There are over 30 established routes to the summit from 5.2 and up. It is worth noting that the McDowells are notorious for their sandbagged ratings. Considering Tom's Thumb was first climbed in 1948 by Tom Kreuser, the old school ratings should come as no surprise!
To get to the Tom's Thumb Trailhead and majority of the other climbs in the area, exit the 101 loop at Pima/Princess and head north on Pima Rd. Turn right onto Happy Valley Road, which passes Pinnacle Peak Park. Continue through the large Troon development and turn right onto Ranch Gate Road, following signs for the Tom's Thumb Trailhead. Follow this until it dead ends at 128th St. Turn right and follow a rolling road to the recently built trailhead with a large parking lot, trash, bathroom and maps. No water!
Toms' Thumb from the approach
While there is a climber's use trail that heads straight up towards Tom's Thumb, the city of Scottsdale and park officials ask that it no longer be used for resource protection. Instead, leave the parking lot through the visitor ramada and follow the main trail keeping right at the first junction 0.1 miles in. Follow signs for Tom's Thumb keeping right at 0.5 miles at the second junction. At this point the trail starts to aggressively switchback, climbing about 1200' to a saddle that separates East End
, the range HP, from the long ridgeline holding Tom's Thumb. East End is well worth the visit if time allows, with a faint use trail shortly before the saddle. Hike past Glass Dome, another prominent rock formation in the range, and turn right onto the marked climbers trail towards Tom's Thumb (straight heads towards Lookout Point). From there it's only another 1/4 mile to the base of the thumb. Free paper maps are available at the entrance ramamda if needed.
Annotated West Face
Tom's Thumb has many excellent climbs for all skill levels. Keep in mind that many of these ratings are sandbagged. Many of the harder lines are climbed with a top rope built off a number of boulders and cracks on the summit.
All routes can be rapped with a solid two bolt anchor and chain down the West Face. A single 60m rope makes it with a few feet to spare.
A short breakdown of some of the classic lines on Tom's Thumb based off personal experience and information off the internet.
|West Corner||5.2||Right Corner of W Face|
|Kreuser's Route||5.4||NE Corner|
|Treiber's Deception||5.7||SW Corner|
|Fat Man's Delight||5.6||Right Corner of W Face|
|The Settlement||5.7||West Face|
|Garbanzo Bean||5.7||NE Face|
|Garbanzo Bean Direct||5.10d||NE Face|
|Deep Freeze||5.11-||N Face|
West Corner Crux
West Corner 5.2:
This is the original line on Tom's Thumb way back in 1948. From the West Face (opposite side of the ridgeline you hike in on) scramble an obvious ramp on the right to a crack with an overhanging tree. Rope up and start up the crack, avoiding the temptation to go right on the low angle slab and instead heading left up a second crack with another tree above it. Once on top of the second small tree, climb a dual crack system for about 15', the crux of the climb. A chokestone deep in the right crack can be wrapped with a sling for protection, or a medium sized cam can be placed in the left crack with a large alpine draw to cut down on rope drag. Above the dual crack is a wide ledge that can be used as a belay station if breaking the climb in two pitches. The ledge could fit multiple people if leading up a group. From the ledge, traverse under a large overhand on the right to reach a shallow crack up to the summit. It is recommended that this be broken into two pitches given the serious rope drag around the overhang.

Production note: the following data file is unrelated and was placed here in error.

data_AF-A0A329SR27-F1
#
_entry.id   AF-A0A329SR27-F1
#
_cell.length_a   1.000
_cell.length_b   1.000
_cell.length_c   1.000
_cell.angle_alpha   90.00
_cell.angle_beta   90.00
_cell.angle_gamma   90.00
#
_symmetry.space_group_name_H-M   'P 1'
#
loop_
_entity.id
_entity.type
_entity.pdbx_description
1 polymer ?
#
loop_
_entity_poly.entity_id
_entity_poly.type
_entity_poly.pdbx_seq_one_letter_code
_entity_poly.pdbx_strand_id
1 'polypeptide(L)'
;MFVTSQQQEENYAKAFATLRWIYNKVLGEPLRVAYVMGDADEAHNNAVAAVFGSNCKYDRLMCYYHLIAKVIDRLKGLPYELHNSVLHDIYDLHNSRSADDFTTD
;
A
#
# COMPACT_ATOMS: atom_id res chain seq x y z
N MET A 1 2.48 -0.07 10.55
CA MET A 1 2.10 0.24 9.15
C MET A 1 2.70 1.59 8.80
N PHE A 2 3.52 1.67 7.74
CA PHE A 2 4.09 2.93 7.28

Kreuser's Route 5.4:
Kreuser's Route base
This has been described as having a "real mountaineer's route feel" in some guidebooks. Scramble a narrow ramp on the left hand side of the West Face to the start of a wide crack. The route up is straightforward although the left hand side of the crack has some loose rock. The top of the pitch involves some stemming to get above a slightly overhanging boulder, and meets up with the West Corner route immediately below the traverse beneath the overhang for the second pitch (see above).
Treiber's Deception 5.7:
Considered by many to be the most classic route on the mountain, and well named given it's deceptive rating. The climb starts on the SW corner (left hand side when you first hike to the base). Get between the main wall and a boulder and stem up to reach a large flake on the main wall. This is the first spot to place pro. Climb up the crack to a face protected by a bolt, which has been recently replaced. Traverse left and up to a stance below a crack (bolted). Lever your way up this corner, following it up left to the base of a wide crack, which leads up to the top.
Information on other routes can be found with the links below.
Standard trad rack and climbing gear. 3-4 quickdraws work for the random bolts on some routes, although some of the complex face routes need more, consult a guide book as needed. One of the few places where hexes seem to work. Single 60 meter rope with get you to the ground on the West Face. Bring more water than you think you'll need!
When to Climb
Tom's Thumb Summit
Fall and Winter are best. Summer is dangerously hot in the McDowells, although the West Face climbs do have good morning shade if you want to get a climb in early. Many of the north and west face routes are closed in the spring to protect nesting falcons. And since all routes rappel down the West Face, essentially all route are closed in the spring. The park is closed (gated shut) sunset to sunrise.
Camping is not allowed anywhere with McDowell Sonoran Desert Preserve. The closest campground would be the Seven Springs Campground, a good 30+ minute drive to the north. Hotels aplenty in Scottsdale, although pricey. Cheaper options exist in Phoenix.